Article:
Finland elections: Who is who and what are the key issues?
Aljosa Milenkovic in Helsinki
Finland votes on Sunday in a nail-bitingly close election, with Prime Minister Sanna Marin's center-left government fighting to hold on to power. Here are details about the frontrunners – and the key electoral issues.
Petteri Orpo – National Coalition Party (NCP)
Born in November 1969, Petteri Orpo holds a Master's degree in Political Science from the Finnish University of Turku. He served as the Interior Minister in 2015 during the migrant crisis when thousands of migrants illegally crossed the border from Russia. His actions back then were widely praised by both coalition members and the opposition. He was also Minister of Finance and the Deputy Prime Minister until 2019.
Sanna Marin – Social Democratic Party (SDP)
Sanna Marin was born in November 1985 in Helsinki. In 2017, she gained a Masters degree in Administrative Sciences at University of Tampere. Her political career started at the age of 19 when she joined the SDP youth. In December 2019, at the age of 34, Sanna Marin became the youngest Prime Minister in Finnish history. From August 2020, she formally assumed the leadership of the SDP, a center-left party.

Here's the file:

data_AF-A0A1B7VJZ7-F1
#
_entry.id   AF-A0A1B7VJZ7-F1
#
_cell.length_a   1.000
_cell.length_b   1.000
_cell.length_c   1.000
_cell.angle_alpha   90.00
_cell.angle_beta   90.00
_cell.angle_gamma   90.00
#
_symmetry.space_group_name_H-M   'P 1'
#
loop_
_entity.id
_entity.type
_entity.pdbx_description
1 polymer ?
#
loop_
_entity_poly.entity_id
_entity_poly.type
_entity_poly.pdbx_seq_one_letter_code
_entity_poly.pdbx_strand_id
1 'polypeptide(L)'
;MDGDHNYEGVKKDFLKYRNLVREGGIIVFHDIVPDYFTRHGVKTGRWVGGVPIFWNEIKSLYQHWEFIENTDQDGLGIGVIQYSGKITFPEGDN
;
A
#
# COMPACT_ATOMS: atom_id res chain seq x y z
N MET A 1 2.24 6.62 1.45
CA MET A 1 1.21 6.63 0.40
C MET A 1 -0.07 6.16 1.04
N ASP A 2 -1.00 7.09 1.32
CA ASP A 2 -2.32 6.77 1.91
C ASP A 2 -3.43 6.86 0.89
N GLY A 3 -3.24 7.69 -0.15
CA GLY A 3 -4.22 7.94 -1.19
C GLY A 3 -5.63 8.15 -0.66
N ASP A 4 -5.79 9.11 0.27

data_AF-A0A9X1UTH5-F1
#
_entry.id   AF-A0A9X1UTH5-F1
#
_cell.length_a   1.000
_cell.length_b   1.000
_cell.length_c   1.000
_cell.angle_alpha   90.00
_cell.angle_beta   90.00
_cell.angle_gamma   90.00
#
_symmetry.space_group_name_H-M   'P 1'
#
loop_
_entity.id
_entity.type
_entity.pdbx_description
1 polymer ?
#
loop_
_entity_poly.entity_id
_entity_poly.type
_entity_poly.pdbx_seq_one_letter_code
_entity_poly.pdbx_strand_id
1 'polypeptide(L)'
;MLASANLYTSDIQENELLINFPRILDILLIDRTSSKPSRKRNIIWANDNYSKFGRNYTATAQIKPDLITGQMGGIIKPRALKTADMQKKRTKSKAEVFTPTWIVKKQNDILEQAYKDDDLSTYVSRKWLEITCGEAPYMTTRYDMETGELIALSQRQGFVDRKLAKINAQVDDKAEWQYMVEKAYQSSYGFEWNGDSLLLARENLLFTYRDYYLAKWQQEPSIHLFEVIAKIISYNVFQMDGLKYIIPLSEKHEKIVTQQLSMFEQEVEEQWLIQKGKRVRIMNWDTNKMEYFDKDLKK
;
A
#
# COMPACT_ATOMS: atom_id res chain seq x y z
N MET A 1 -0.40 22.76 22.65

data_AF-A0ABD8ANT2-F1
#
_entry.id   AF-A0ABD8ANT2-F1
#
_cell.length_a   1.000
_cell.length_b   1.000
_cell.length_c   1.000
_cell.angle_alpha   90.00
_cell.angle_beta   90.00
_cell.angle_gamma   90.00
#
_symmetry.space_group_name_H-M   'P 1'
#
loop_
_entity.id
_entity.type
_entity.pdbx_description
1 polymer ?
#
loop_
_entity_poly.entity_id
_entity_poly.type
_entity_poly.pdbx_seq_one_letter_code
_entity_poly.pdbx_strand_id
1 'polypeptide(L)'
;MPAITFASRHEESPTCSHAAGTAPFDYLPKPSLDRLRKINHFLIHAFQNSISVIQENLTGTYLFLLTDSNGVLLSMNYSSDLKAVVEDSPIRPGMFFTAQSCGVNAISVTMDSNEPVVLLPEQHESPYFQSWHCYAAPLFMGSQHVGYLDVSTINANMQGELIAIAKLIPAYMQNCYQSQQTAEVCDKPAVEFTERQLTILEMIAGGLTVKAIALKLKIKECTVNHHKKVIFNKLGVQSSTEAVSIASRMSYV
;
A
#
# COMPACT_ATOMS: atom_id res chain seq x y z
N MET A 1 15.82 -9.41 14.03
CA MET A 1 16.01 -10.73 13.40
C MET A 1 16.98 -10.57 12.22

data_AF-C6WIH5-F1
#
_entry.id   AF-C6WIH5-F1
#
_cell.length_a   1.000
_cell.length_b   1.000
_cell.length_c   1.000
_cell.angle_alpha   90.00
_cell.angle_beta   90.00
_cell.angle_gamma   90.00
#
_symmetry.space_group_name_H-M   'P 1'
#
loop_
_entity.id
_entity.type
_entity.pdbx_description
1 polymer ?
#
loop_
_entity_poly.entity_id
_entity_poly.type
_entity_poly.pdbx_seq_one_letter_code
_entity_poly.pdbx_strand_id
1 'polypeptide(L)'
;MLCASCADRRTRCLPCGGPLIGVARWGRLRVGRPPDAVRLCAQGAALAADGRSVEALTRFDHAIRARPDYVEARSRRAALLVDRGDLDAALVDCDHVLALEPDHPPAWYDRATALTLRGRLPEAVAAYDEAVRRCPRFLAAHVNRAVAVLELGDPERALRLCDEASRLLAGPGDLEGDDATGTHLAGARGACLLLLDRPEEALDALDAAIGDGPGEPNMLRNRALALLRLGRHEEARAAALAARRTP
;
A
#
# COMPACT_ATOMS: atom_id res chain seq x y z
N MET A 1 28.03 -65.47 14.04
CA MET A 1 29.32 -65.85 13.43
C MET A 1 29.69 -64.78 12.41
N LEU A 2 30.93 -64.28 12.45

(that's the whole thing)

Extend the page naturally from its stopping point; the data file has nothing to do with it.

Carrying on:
Rikka Purra – The Finns Party
Born in June 1977, Purra is now completing her PhD on International Politics at the University of Turku. She joined the Finns party in 2016, and became the first deputy of the party in 2019. She then went on to become the leader of the party in 2021. Her political views are strongly based on immigration, where she is advocating for strong controls. The Finns Party is considered to be the right-wing party.
Almost all major political parties in Finland have a shared position on the Ukraine crisis. They all want to give Ukraine their full and unconditional support.
As Finland is in the final stages of NATO accession, all major political parties agree that they must become the alliance member – the main reason being the threat thought to come from Russia, with whom Finland shares a 1,300-kilometer border.
With foreign policies relatively unified, the main debating points at this election are social, welfare and budget issues. SDP wants to put more emphasis on improving education, expanding the social benefits program, and investing more in the healthcare system. The other two parties would like to impose stricter budget spending, and to reduce the national debt.
What do the polls say?
Polls suggest that the National Coalition Party would have a slight win over the other two main rivals, with a margin of up to two percent. SDP and Finns would end up neck and neck, but at the end of the day, a coalition government would be inevitable.